In 2008 journalist and author, Simon Singh published an article in the Guardian about chiropractic treatment, in which he made reference to the British Chiropractic Association. Whilst describing the BCA’s claims about the treatments of some childhood ailments, Singh wrote that ‘even though there is not a jot of evidence  ‘the BCA’ happily promotes bogus treatments’. Simon is now being sued under the libel law by the BCA for expressing his scientific opinion about their claims. It has been decided that this opinion was actually ‘written as a statement of facts’, which therefore would imply that the BCA are being dishonest, even though this was never  Simon Singh’s intention. It is interesting to note that it is Simon who is personally being sued in this case, and not the Guardian who published the article. The repercussions of this case if Singh loses are undoubtedly  highly significant. Richard Dawkins has stated that in this eventuality there would be ‘major implications on the freedom of scientists, researchers and other commentators to engage in robust criticism of scientific, and pseudoscientific, work’, I would argue that all libel cases in the last few years must have had these same implications and they will continue only to get worse if reform does not occur.

It is not just the case of Simon Singh that is of importance, there are several current libel cases that are in a very similar vein to his, as well as a large amount from the past that have had positive and not so positive outcomes. To find out more about these and more details of the campaign visit the libel reform website at www.libelreform.org.  Here you can find some of the proposed changes that this campaign seeks to implement over time. Below are a selection from the ten main findings of their report along with their suggestions for reform.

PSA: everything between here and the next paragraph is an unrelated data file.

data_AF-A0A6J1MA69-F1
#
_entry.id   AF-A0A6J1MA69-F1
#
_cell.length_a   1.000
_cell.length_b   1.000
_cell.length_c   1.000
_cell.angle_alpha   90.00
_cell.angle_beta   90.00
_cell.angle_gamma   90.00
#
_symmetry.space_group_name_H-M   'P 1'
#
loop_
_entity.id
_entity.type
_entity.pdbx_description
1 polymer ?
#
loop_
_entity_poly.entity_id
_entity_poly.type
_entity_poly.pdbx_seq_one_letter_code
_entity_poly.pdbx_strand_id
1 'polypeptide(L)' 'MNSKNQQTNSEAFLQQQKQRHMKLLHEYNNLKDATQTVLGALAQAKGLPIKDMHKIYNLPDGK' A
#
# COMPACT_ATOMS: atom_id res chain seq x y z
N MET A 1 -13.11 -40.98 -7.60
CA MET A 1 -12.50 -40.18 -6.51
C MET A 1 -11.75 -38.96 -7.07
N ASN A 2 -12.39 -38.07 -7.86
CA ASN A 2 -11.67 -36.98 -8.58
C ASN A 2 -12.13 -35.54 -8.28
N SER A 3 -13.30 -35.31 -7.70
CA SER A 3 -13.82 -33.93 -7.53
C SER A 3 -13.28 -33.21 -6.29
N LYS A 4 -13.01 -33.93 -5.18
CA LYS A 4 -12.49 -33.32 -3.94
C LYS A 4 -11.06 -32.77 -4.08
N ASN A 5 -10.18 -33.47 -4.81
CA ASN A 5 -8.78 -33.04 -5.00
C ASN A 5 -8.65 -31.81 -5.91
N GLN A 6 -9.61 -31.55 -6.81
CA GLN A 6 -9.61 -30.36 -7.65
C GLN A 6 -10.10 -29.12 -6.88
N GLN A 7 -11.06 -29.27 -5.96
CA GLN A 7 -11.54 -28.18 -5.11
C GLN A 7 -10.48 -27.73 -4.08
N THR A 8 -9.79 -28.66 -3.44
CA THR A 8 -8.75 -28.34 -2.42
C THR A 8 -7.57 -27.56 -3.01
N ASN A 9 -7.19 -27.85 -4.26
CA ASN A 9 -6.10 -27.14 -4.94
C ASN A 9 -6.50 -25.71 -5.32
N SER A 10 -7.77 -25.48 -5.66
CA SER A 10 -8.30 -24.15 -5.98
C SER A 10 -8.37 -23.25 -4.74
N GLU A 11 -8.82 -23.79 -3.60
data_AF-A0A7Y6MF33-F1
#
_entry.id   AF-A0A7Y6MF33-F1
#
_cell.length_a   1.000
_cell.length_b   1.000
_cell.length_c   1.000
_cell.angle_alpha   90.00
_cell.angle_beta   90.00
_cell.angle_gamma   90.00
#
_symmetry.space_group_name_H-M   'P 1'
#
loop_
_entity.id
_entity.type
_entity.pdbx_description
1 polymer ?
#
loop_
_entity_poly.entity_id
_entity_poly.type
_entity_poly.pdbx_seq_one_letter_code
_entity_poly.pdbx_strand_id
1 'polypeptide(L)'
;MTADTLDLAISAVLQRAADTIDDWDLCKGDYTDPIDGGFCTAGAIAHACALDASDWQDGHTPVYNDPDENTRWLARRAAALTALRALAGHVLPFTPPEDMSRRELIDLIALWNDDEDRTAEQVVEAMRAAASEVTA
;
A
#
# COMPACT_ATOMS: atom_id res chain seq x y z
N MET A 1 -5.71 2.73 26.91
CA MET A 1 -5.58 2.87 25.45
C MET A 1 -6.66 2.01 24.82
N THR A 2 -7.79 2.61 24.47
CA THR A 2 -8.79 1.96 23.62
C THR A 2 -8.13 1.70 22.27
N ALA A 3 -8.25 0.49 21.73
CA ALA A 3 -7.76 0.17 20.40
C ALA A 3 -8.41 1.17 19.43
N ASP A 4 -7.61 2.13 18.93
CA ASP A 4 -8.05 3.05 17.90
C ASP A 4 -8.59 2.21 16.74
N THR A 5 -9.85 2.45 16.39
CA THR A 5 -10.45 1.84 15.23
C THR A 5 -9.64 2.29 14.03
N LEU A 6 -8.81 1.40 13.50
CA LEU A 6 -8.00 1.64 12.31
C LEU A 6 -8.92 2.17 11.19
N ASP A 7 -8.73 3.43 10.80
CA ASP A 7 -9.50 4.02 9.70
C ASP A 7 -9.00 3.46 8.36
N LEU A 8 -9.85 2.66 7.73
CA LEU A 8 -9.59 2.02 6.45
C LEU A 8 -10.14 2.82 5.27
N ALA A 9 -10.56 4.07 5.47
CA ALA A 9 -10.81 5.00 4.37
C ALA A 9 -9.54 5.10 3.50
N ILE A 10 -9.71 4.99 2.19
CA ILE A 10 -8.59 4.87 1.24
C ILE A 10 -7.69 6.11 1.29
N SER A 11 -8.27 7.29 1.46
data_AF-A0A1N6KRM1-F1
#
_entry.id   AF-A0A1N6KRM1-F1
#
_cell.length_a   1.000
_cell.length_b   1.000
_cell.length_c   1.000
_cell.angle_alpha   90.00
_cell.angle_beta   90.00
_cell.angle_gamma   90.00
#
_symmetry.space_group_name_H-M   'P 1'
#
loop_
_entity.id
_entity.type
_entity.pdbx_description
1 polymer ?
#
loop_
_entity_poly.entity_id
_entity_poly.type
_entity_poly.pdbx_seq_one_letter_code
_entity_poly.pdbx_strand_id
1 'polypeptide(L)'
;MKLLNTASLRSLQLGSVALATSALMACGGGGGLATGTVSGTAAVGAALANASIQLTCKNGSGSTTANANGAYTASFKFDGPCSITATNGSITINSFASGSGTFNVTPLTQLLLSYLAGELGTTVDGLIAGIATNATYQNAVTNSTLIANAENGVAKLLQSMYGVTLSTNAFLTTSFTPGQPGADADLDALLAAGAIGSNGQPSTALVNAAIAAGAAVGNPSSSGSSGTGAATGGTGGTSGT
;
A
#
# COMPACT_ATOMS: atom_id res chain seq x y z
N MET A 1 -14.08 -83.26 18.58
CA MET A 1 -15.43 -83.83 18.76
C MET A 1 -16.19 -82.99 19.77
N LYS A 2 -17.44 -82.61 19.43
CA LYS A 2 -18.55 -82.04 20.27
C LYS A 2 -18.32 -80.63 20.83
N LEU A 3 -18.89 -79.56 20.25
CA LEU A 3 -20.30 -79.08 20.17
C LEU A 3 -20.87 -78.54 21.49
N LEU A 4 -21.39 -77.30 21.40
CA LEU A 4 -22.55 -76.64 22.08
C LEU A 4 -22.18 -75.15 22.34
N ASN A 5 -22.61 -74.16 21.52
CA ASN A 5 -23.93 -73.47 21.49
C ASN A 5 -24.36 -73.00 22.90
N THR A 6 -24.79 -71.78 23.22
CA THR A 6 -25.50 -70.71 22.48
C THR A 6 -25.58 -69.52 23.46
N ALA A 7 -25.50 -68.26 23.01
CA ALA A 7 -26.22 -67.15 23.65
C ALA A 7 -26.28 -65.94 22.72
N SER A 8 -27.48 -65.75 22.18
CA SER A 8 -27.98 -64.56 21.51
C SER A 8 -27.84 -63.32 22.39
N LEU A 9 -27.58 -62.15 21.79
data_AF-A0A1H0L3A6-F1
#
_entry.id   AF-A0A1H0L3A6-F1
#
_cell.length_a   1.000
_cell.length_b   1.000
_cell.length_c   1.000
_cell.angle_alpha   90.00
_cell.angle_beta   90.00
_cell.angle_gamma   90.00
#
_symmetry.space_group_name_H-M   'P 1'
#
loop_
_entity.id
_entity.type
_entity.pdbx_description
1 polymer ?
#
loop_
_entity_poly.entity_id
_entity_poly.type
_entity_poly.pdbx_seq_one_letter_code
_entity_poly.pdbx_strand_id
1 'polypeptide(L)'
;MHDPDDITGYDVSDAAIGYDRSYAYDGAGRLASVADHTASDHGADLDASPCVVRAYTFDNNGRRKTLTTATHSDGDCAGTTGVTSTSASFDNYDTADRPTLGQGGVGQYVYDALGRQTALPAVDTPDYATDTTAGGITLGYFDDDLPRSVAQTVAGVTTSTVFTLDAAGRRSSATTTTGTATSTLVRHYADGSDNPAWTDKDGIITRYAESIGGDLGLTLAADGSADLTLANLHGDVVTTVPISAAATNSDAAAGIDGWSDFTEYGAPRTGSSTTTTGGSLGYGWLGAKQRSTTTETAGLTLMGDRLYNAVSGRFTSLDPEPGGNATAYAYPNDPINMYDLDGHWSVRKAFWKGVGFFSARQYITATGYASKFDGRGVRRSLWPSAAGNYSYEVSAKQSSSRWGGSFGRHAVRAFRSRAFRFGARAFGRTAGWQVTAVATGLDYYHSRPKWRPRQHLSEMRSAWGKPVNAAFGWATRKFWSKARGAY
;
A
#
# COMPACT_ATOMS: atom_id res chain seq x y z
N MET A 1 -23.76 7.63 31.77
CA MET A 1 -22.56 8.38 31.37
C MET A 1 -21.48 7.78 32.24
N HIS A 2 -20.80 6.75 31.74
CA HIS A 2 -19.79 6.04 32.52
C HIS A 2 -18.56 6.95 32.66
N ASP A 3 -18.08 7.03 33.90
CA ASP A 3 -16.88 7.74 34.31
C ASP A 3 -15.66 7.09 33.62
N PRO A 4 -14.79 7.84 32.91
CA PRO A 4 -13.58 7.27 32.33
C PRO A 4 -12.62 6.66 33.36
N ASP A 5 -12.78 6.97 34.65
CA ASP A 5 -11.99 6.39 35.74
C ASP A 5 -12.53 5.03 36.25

1. In libel, the defendant is guilty until proven innocent.

Recommend: Require the claimant to demonstrate damage and falsity

  1. English libel law is more about making money than saving a reputation.

Recommend: Cap damages at £10,000

  1. London has become an international libel tribunal.

Recommend: No case should be heard in this jurisdiction unless at least 10 per cent of copies of the relevant publication have been circulated here

  1. There is no robust public interest defence in libel law.

Recommend: Strengthen the public interest defence

  1. Comment is not free.

Recommend: Expand the definition of fair comment

insurance premiums non-recoverable

  1. The law does not reflect the arrival of the internet.

Recommend: Exempt interactive online services and interactive chat from liability